Converting prospects to buyers with a CRM


Sales are the key ingredient in the mix that creates a successful business. You need customers to buy your products and services or you don’t have a viable operation.

How can you convert more prospects to buyers, or first-time buyers into regular customers? Those are the aims of customer relationship management, widely known as CRM.

CRM organizes sales

CRM applications handle three main tasks: Track your prospects and customers; keep tabs on what they want; and let them know how your business can deliver the goods that satisfy their needs. In a nutshell, CRM organizes the sales process.

Many small businesses still use a spreadsheet, a generic database, or a general-purpose application such as Microsoft Outlook to keep track of contacts and prospective customers. But using a specialized CRM app can make it easier to achieve your sales objectives.

CRM applications evolved from early contact managers, the digital equivalent of the paper address book or Rolodex. But they can do much more, such as keeping track of what tasks you must perform to keep a customer happy, or performing simple project management that coordinates pre-sales work among different employees.

Highrise: A new Web-based CRM service

If your business is new to CRM, Highrise could be just what you need to dip a toe into the waters. Highrise is a recently released Web-based service from 37signals , which is probably best known for its Basecamp collaborative project management service.

Highrise is relatively inexpensive (business plans start at US$24 per month), and simple to set up and use. It’s especially well-suited for a far-flung virtual organization of few dozen or so people, since it lets you easily share information with other authorized users.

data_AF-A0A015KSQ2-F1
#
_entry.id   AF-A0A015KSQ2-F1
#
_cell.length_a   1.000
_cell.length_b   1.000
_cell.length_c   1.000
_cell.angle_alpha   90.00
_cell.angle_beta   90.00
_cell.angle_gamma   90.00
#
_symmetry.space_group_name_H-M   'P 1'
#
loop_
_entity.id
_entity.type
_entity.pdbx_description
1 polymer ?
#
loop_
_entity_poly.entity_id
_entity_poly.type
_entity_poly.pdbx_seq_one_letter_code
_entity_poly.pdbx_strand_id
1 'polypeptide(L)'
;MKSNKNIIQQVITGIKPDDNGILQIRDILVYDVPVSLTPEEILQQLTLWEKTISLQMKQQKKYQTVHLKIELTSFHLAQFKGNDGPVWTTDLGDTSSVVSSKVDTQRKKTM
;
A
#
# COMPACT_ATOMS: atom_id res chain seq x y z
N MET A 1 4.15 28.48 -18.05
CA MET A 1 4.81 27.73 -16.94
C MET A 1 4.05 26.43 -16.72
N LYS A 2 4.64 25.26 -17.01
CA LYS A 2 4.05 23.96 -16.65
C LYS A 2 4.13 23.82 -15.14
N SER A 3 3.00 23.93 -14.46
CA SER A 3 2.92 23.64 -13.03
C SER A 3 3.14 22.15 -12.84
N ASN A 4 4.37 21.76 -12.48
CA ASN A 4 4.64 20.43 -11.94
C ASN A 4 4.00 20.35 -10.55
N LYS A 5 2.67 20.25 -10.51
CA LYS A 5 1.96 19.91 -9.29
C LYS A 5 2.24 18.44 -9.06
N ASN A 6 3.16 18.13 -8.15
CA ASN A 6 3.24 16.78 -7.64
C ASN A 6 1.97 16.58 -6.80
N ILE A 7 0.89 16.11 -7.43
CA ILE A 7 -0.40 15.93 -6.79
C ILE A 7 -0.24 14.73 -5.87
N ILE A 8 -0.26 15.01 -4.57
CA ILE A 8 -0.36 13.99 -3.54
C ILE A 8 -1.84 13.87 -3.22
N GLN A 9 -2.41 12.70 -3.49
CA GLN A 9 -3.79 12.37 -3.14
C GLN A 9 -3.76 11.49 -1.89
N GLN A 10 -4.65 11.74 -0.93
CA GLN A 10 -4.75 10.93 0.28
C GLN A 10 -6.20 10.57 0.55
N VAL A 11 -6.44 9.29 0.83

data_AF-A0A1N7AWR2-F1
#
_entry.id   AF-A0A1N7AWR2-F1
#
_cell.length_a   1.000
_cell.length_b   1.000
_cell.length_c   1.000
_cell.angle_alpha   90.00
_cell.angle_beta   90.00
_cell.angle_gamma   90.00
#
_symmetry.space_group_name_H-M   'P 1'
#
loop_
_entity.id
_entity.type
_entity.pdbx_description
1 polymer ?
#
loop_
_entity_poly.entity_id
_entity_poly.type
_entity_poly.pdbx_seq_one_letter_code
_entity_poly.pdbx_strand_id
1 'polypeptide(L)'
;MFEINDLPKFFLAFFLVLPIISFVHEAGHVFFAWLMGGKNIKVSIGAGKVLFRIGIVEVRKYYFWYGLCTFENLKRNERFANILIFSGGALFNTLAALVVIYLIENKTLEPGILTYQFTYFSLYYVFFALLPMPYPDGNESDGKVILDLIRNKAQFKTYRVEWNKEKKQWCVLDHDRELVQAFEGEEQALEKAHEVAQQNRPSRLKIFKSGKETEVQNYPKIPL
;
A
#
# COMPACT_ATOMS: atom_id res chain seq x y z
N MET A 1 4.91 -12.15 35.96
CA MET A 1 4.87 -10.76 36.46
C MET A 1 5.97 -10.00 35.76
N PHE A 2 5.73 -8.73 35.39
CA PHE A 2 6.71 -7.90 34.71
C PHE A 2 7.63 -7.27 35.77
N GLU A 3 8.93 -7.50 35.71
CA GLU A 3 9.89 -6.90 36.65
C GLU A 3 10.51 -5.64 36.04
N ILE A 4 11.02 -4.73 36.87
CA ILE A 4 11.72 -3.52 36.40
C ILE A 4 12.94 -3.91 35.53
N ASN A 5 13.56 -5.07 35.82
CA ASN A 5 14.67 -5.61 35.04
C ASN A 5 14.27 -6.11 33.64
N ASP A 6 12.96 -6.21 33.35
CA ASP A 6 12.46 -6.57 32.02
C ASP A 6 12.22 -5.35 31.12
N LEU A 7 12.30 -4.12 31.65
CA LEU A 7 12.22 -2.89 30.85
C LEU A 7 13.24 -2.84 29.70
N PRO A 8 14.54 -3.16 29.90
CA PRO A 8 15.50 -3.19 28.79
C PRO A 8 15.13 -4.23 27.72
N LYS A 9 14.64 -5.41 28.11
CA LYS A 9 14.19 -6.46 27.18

Simple but effective CRM

Highrise’s virtue lies in its simplicity. You can enter contact information directly using your Web browser or import existing contact records in the popular vCard (.vcf) format, which many e-mail applications and contact managers use.

You can create new tasks, set deadlines, and assign tasks to categories. Establishing a case lets you bring together related contacts and tasks as a form of basic project management.

When you log in to the service, the Highrise dashboard displays recent activity and upcoming tasks. You can choose to have a daily task summary e-mail sent at 6 a.m. reminding you what you need to accomplish that day. (You can also opt for individual task reminders, but the summary list of all tasks due either goes out at 6 a.m. or not at all.)

Good use of e-mail integration

I especially like the way Highrise uses nothing fancier than plain old e-mail to jump through a few hoops and perform some neat information integration tricks. You can forward e-mail messages to special user-related Highrise e-mail accounts, which then automatically assign those messages as new tasks or attach them to a contact.

If you already have CRM software and don’t find it to be overkill, Highrise probably isn’t for you. It’s best suited for neophytes, and it lacks the capabilities and integrated hooks into other business processes that larger, enterprise-scale organizations get from higher-end CRM services such as and NetSuite . However, Highrise officials say that an API (application programming interface) offering more integration possibilities is in the works.

You can check out Highrise by signing up for its free plan, which is limited to two users and 250 contacts, and provides no online storage. Paid plans range from Basic to Max. Basic costs $24 per month, permits six users and 5000 contacts, and includes 500MB of online storage. Max allows an unlimited number of users and 50,000 contacts, provides 50GB storage, and costs $149 per month. All paid plans offer a 30-day free trial.


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Jim Love, Chief Content Officer, IT World Canada

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